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The Lost Corners of Suburbia

The Lost Corners of Suburbia

Belk at Four Seasons Mall
IHOP on Hillsborough Street
Two Guys Pizza on Hillsborough Street
Wachovia at Spring Valley Plaza

All these things used to be on the corner of something. All these places are places I made memories in. All of these places are gone or soon to be gone in their current forms. Many of these places are examples of bad architecture, shadinesss of patrons and big conglomerate corporations that increasingly only care about the dollars of these patrons, not their feelings.

Yet, these and many other dead malls and outparcels and big boxes and downtown storefronts are now gone.

As I’ve prepared to move halfway across the country, and as my hometown and college town begin to make major changes, I’ve started documenting what some may think are mundane, ugly parts of physical space. After all, when I come back to Greensboro, Gate City Boulevard will be the official address of so many things, not just changed street signs. That corner of Hobbs and Friendly might be clear-cut. I want to remember things as they were, because change is inevitable.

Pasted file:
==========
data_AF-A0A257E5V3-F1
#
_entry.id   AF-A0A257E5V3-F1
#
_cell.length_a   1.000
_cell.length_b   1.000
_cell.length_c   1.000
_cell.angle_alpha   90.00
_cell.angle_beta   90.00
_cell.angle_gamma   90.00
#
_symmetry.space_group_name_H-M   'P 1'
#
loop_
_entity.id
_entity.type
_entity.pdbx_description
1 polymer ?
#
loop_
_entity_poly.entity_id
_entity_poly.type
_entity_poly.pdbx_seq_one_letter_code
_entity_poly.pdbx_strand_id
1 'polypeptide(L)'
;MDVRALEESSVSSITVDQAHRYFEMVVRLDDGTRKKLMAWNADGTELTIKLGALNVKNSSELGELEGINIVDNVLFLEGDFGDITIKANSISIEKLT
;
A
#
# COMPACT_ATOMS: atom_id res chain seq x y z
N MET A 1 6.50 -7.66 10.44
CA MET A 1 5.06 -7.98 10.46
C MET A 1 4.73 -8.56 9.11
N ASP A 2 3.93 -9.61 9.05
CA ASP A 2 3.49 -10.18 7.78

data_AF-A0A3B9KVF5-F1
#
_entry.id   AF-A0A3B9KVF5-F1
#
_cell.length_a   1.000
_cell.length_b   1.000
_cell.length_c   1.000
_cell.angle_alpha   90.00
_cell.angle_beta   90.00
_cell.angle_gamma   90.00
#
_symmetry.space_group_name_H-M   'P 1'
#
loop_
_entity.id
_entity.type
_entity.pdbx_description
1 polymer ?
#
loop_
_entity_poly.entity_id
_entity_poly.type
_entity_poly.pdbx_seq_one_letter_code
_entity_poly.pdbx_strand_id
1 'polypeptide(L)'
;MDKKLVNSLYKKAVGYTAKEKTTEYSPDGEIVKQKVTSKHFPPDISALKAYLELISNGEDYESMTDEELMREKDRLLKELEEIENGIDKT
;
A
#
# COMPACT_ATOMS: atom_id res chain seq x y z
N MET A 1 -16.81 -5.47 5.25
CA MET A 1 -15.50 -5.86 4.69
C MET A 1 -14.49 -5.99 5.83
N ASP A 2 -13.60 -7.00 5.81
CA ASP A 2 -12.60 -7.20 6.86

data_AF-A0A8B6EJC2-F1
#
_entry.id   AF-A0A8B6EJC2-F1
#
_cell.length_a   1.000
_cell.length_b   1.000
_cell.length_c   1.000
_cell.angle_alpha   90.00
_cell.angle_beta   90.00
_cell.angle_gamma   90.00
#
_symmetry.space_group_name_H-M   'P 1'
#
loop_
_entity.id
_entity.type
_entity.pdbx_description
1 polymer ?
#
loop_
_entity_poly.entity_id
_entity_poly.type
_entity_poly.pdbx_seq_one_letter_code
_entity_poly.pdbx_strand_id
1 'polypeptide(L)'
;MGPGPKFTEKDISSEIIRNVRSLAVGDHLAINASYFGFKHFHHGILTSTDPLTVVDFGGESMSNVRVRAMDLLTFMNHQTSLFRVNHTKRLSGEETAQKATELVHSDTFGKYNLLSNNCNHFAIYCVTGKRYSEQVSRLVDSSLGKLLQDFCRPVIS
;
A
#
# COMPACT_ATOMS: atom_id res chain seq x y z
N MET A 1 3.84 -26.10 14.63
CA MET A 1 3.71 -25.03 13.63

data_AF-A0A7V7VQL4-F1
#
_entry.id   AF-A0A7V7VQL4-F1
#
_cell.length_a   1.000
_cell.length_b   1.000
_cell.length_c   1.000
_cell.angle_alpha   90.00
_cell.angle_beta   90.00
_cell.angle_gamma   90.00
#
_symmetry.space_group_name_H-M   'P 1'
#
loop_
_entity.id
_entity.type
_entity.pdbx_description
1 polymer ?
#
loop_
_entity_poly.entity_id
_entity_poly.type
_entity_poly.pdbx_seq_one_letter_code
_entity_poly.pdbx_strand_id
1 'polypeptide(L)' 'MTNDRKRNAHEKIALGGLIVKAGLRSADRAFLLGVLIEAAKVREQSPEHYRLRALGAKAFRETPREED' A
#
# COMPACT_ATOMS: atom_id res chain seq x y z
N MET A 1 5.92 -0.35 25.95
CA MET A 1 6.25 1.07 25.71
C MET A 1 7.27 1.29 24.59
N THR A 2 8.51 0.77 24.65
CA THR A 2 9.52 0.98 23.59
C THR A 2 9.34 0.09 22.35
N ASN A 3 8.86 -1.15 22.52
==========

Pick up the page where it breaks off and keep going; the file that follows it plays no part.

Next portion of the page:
And about that corner of Hobbs and Friendly. People are mourning the change of that corner for different reasons. What was once five homes, homes that held families and memories, could soon be the Trader Joe’s that we’ve been begging for years. The one that I’m still on the fence about wanting to come to town for this very reason. (Let me add that now that I’ve had the goat cheese and sun-dried tomato ravioli and I swear by the Maple Pecan Granola Cereal they make, I’m sold on them for more than just cookies).

Sadly though, it’s a lost corner. Lost in the sense that the use of it is changing and memories of the corner are gone.

Yet, there will be new memories right? Some new homes are going on the property. I’m sure one will be the first home of a baby, who will grow up to recount their childhood days walking across the street to Trader Joes on one side and to see Santa at Christmas and to pick out their first bike at REI.

Much in the same way I’ll tell stories about my first visits to the carousel at  Carolina Circle Mall, Belk at Four Seasons, the map store at Cotton Mill Square, the toy store with the cool trains at Forum IV, the Chic-fil-A at Holly Hill Mall, Marvin’s on Hillsborough Street, the soon to be old IHOP on Hillsborough Street.

This post owes a debt to all the many suburban retail nostalgia blogs and Facebook pages out there. Love ‘em or hate ‘em, for those of us who grew up in suburbia or a Southern city that mimics what those in other regions consider suburbia, these were our places.

Our corners.

The lost corners.

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